For Create Zine Issue2, we editorially featured a handful of international artists. Here is the original interview with Miami born and raised visual artist Alex Yanes.
Having worked with ink and wood since his early teens, we were keen to discover his fascination with the city’s skate and graffiti scene of the 1980s. You can download the feature here, or read on for a more in-depth insight into Yanes' iconic, colourful and oft amusing artworks.
CZ: Tell us about where you grew up, studied and what your early influences were.
AY: I was born & raised by my parents in Miami, Florida. I'm the oldest of three siblings. Most of my days were spent outdoors as a kid. My grandparents had a lake house, I grew up fishing, building tree forts and exploring in the woods surrounding the lake. There was an old train track that ran nearby and I remember being intrigued by the graffiti I would see painted on the train cars. Crudely drawn cartoon figures and words that I knew weren't supposed to be on the trains. At the age of 12 I was introduced to skateboarding. The graphics on the boards captured my attention. Unaware that the graphics were silk screened, I would sand the images off of my boards and painstakingly try to recreate the same look by hand, using graphics of my own. We had no skate parks in Miami at the time, so I began building ramps with my friends. That was my first introduction to wood working & building something out of nothing from beginning to end. My passion for art & wood working merged at the age of 19 & twenty years later it's morphed into what my work is today.
CZ: Your artwork is pretty graphic but you have adopted collage and sculpture mediums, when did you decide on this approach and how did it come about?
AY: I vividly remember the day. My childhood friend and I decided to experiment with some LSD on a Friday afternoon. I started painting on some left over scraps of wood from a ramp we had just built. I was nineteen years old & barely in art school at the time. My friend suggested that I cut the characters out with a jigsaw and give them some shape. Right then and there, 3D visuals kicked in and my whole perspective on how I viewed the world and my art changed. I guess I had an epiphany of sorts.
CZ: Where do you source some of the materials you use in your compositions?
AY: My studio is located in an industrial area so sometimes things just fall in my lap. Other times I've had to search construction sights and dumpsters. I once picked up bus bench that a drunk driver had crashed into the night before. The wood was a nice school bus yellow and a perfectly weathered patina. I used it in a series of 12 pieces. I also enjoy searching through planks of wood for the perfect wood grain pattern at my local hardware store.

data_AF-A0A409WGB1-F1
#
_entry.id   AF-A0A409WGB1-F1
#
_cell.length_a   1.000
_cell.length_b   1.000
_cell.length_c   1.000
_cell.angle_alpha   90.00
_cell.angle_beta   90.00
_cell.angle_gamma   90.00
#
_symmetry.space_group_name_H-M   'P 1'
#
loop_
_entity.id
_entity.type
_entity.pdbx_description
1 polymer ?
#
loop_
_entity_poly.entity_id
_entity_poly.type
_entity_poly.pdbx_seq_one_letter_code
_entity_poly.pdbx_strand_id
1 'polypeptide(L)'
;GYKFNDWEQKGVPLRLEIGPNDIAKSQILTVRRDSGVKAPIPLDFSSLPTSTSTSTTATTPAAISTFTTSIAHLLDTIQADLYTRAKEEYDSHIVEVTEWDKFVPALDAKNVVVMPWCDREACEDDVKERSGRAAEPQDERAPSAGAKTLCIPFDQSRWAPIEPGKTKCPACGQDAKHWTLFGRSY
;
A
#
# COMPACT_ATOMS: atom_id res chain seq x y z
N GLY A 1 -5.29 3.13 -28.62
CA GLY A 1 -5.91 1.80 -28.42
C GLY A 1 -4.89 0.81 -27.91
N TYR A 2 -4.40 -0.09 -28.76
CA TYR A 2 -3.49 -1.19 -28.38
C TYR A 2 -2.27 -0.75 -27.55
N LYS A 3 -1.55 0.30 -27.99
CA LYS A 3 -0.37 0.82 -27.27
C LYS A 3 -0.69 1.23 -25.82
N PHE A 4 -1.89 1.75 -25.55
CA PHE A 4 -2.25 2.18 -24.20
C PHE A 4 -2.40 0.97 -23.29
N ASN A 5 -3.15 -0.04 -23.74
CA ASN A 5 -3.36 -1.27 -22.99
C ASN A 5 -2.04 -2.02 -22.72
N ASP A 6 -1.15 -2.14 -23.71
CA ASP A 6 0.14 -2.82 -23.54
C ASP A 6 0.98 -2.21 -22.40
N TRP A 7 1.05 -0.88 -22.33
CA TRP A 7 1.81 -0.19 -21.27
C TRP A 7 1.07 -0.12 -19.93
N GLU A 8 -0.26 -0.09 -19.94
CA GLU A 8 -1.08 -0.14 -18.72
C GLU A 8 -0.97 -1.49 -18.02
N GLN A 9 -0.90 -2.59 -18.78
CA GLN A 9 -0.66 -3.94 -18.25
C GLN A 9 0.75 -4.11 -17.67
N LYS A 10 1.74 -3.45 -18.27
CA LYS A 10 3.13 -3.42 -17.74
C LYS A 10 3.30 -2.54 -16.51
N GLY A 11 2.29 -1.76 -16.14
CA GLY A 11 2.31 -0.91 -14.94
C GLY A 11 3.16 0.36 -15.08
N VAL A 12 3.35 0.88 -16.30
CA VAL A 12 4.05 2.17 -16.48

CZ: Where do the references in your work come from?
AY: Most if not all of my references are connected to a memory from my childhood in some way. To me, my art is reminiscent of the way things were, a carefree and easier time in my life when things were still brand new and pure to the core. It offers an escape from the complications of the world today and having to be constantly connected and accessible. Nothing better than turning off my cell phone and getting lost in my work. It's like going camping.
CZ: What has been your most favourite, or ambitious, project to date?
AY: I try and look at my entire life as one big ambitious project. If I had to choose, it would probably be my 'Going, Going, Gone' installation which is now part of the Long Beach Museum of Art's permanent collection.
CZ: With no restrictions whatsoever, what would be your ultimate project?
AY: Definitely a massive, functional, outdoor, public art piece. Something accessible to everyone.
CZ: There is a pop-esque aesthetic to your work, it’s certainly accessible and friendly, the colours you use are bold, almost animated, how important is that?
AY: It's just the way my brain pairs shapes and colors together. It might have something to do with growing up in the 80's hay day of pop culture and Miami Vice episodes on television, Miami's classic Art Deco design. It's probably been subconsciously embedded. I yearn for perfection as I think all artist do. To me, my work is never perfect. That's why it's constantly evolving. I hope it's never perfect because then I'd reach the end.
CZ: Who (or what) in the creative world is making you think "Wow! That’s amazing!”
AY: Has to be Elon Musk and his vision, I also enjoy the work of 'Los Carpinteros' from Cuba, Wayne White, Eddie Vedder and of course Barry Mcgee.
CZ: And are there any creative heroes of the past that you just love?
AY: Oh man, way too many to list. Jasper Johns, Andy Warhol and Frank Stella. I love my Father and Grandfather. They've taught me all I know and have been my heroes since day one.